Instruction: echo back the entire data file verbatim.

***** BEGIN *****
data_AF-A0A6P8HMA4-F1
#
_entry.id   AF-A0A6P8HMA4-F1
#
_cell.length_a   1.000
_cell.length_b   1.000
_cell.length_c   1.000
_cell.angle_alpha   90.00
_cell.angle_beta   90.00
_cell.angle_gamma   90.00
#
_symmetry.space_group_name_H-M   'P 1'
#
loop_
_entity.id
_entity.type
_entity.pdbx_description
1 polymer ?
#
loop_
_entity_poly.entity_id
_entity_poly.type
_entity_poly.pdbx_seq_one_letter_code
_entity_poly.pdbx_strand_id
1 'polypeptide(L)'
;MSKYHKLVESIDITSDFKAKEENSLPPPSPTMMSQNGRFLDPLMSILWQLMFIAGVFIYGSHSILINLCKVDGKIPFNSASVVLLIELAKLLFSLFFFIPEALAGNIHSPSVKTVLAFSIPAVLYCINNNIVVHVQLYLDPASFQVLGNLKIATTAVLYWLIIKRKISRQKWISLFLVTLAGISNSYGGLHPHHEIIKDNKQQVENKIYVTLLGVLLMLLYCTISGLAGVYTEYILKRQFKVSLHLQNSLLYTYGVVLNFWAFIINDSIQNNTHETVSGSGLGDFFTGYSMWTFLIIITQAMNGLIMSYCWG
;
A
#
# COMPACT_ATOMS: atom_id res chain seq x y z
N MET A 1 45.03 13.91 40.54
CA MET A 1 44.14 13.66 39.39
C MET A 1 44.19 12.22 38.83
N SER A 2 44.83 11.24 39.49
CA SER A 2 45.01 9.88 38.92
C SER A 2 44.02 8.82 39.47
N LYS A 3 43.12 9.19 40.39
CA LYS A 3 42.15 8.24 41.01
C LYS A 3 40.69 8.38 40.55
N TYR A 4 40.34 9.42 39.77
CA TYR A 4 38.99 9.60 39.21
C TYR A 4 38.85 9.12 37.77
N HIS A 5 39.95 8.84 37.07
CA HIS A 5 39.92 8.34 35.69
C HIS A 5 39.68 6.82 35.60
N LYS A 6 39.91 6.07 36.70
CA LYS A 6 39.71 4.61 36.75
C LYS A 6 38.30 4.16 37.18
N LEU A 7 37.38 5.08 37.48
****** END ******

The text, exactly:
data_AF-A0A6P8HMA4-F1
#
_entry.id   AF-A0A6P8HMA4-F1
#
_cell.length_a   1.000
_cell.length_b   1.000
_cell.length_c   1.000
_cell.angle_alpha   90.00
_cell.angle_beta   90.00
_cell.angle_gamma   90.00
#
_symmetry.space_group_name_H-M   'P 1'
#
loop_
_entity.id
_entity.type
_entity.pdbx_description
1 polymer ?
#
loop_
_entity_poly.entity_id
_entity_poly.type
_entity_poly.pdbx_seq_one_letter_code
_entity_poly.pdbx_strand_id
1 'polypeptide(L)'
;MSKYHKLVESIDITSDFKAKEENSLPPPSPTMMSQNGRFLDPLMSILWQLMFIAGVFIYGSHSILINLCKVDGKIPFNSASVVLLIELAKLLFSLFFFIPEALAGNIHSPSVKTVLAFSIPAVLYCINNNIVVHVQLYLDPASFQVLGNLKIATTAVLYWLIIKRKISRQKWISLFLVTLAGISNSYGGLHPHHEIIKDNKQQVENKIYVTLLGVLLMLLYCTISGLAGVYTEYILKRQFKVSLHLQNSLLYTYGVVLNFWAFIINDSIQNNTHETVSGSGLGDFFTGYSMWTFLIIITQAMNGLIMSYCWG
;
A
#
# COMPACT_ATOMS: atom_id res chain seq x y z
N MET A 1 45.03 13.91 40.54
CA MET A 1 44.14 13.66 39.39
C MET A 1 44.19 12.22 38.83
N SER A 2 44.83 11.24 39.49
CA SER A 2 45.01 9.88 38.92
C SER A 2 44.02 8.82 39.47
N LYS A 3 43.12 9.19 40.39
CA LYS A 3 42.15 8.24 41.01
C LYS A 3 40.69 8.38 40.55
N TYR A 4 40.34 9.42 39.77
CA TYR A 4 38.99 9.60 39.21
C TYR A 4 38.85 9.12 37.77
N HIS A 5 39.95 8.84 37.07
CA HIS A 5 39.92 8.34 35.69
C HIS A 5 39.68 6.82 35.60
N LYS A 6 39.91 6.07 36.70
CA LYS A 6 39.71 4.61 36.75
C LYS A 6 38.30 4.16 37.18
N LEU A 7 37.38 5.08 37.48